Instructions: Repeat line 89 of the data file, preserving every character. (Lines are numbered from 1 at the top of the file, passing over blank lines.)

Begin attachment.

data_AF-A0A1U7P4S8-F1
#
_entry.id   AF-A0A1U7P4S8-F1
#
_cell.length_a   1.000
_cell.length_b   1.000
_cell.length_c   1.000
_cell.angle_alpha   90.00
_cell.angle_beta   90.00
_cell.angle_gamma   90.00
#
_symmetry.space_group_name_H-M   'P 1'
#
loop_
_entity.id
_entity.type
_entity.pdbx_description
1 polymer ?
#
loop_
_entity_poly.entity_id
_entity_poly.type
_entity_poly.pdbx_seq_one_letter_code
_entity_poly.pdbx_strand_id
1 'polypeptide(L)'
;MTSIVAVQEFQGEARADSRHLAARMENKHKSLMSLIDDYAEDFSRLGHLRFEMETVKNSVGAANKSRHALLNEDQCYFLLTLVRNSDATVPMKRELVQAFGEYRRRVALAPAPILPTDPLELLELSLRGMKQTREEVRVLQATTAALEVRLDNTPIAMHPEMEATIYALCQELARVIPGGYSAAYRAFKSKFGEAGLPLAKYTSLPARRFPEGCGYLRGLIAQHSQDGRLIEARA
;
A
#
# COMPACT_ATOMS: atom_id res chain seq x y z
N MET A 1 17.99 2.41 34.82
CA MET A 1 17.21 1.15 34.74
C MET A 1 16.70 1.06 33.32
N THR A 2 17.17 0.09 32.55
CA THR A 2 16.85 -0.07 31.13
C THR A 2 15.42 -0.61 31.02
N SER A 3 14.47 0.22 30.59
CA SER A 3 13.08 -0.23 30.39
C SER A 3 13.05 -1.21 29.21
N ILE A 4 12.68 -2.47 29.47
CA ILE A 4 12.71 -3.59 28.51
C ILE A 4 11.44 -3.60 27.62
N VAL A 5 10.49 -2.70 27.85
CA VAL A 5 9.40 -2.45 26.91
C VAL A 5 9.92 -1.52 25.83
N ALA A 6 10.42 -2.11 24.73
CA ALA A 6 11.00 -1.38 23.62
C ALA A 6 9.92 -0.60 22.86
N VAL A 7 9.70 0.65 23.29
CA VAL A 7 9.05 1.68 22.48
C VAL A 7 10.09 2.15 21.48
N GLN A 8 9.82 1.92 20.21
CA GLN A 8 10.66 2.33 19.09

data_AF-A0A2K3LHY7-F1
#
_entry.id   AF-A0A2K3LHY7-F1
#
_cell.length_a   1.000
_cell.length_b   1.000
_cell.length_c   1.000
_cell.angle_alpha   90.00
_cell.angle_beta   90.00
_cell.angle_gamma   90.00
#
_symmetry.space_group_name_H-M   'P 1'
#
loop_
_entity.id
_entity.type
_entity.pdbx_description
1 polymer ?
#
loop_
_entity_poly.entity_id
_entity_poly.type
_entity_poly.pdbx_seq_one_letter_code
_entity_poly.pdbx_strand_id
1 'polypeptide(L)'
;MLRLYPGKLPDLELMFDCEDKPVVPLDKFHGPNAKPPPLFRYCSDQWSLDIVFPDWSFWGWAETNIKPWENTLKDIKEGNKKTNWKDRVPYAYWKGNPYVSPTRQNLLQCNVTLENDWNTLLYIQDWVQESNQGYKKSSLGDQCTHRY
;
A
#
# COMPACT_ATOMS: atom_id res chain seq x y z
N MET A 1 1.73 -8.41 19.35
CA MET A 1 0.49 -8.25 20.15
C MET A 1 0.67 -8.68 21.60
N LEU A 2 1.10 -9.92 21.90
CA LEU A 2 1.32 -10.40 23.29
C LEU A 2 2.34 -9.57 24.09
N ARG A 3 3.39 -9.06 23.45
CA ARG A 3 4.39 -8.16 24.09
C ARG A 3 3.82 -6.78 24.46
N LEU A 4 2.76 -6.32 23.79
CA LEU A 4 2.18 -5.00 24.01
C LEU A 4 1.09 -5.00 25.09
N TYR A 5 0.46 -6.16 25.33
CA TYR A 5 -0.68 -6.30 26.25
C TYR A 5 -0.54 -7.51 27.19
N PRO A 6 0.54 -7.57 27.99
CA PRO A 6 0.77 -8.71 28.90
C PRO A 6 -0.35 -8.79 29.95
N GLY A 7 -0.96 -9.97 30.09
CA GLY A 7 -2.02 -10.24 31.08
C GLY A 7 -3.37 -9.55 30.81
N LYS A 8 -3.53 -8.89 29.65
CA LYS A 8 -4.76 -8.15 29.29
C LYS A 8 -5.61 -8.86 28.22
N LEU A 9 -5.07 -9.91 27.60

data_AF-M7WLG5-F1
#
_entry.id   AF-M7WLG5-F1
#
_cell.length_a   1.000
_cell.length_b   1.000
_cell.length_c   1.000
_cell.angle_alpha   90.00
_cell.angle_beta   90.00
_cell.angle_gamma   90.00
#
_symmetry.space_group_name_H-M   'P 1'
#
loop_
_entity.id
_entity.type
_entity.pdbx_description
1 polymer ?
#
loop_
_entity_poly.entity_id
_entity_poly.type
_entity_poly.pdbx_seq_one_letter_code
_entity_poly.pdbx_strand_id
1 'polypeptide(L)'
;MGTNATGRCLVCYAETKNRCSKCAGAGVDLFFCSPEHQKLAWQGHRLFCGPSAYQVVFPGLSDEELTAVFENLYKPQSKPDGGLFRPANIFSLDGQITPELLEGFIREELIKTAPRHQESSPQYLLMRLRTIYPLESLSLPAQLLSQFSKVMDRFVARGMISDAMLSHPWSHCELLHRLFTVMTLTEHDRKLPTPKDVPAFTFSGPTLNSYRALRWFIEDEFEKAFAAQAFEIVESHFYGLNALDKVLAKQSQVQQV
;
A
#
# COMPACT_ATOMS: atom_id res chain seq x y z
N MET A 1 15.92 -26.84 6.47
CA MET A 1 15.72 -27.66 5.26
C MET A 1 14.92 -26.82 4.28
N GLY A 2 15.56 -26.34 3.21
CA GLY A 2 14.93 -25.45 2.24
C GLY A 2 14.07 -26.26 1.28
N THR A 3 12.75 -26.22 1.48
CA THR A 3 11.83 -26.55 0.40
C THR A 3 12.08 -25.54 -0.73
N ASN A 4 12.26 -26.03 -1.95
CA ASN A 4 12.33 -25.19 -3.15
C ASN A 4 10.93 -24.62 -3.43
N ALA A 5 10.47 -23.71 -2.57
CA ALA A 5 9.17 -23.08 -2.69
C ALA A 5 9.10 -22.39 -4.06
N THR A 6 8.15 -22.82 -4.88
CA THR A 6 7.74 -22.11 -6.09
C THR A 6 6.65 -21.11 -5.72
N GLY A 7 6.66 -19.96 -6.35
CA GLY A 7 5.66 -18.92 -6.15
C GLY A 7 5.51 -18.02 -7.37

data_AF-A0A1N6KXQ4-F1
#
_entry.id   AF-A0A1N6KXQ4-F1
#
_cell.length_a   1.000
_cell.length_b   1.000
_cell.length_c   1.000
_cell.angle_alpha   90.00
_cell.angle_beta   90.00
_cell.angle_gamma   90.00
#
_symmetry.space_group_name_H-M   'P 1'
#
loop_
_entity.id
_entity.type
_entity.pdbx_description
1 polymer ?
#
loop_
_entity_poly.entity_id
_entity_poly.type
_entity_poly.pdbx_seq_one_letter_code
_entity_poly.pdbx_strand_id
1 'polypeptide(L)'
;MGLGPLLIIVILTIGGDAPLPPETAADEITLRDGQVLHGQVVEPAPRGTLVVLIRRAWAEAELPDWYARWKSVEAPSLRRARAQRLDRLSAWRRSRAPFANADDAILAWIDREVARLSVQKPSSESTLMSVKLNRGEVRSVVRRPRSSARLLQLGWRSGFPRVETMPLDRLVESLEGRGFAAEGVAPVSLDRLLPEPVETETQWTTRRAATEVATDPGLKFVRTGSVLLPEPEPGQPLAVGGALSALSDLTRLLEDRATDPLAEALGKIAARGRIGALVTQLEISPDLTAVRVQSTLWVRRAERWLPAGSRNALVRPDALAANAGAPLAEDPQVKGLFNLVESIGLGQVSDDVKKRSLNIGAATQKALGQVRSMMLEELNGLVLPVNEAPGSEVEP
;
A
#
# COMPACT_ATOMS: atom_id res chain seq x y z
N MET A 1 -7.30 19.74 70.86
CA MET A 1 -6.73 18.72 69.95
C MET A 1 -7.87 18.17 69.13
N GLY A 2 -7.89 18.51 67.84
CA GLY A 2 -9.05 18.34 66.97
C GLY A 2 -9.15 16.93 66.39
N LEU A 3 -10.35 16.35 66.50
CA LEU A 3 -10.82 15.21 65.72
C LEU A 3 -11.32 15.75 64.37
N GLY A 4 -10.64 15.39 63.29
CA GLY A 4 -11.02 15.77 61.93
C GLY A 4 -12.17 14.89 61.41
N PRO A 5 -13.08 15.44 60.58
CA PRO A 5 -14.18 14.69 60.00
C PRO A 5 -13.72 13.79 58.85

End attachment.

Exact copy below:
C LEU A 2 2.34 -9.57 24.09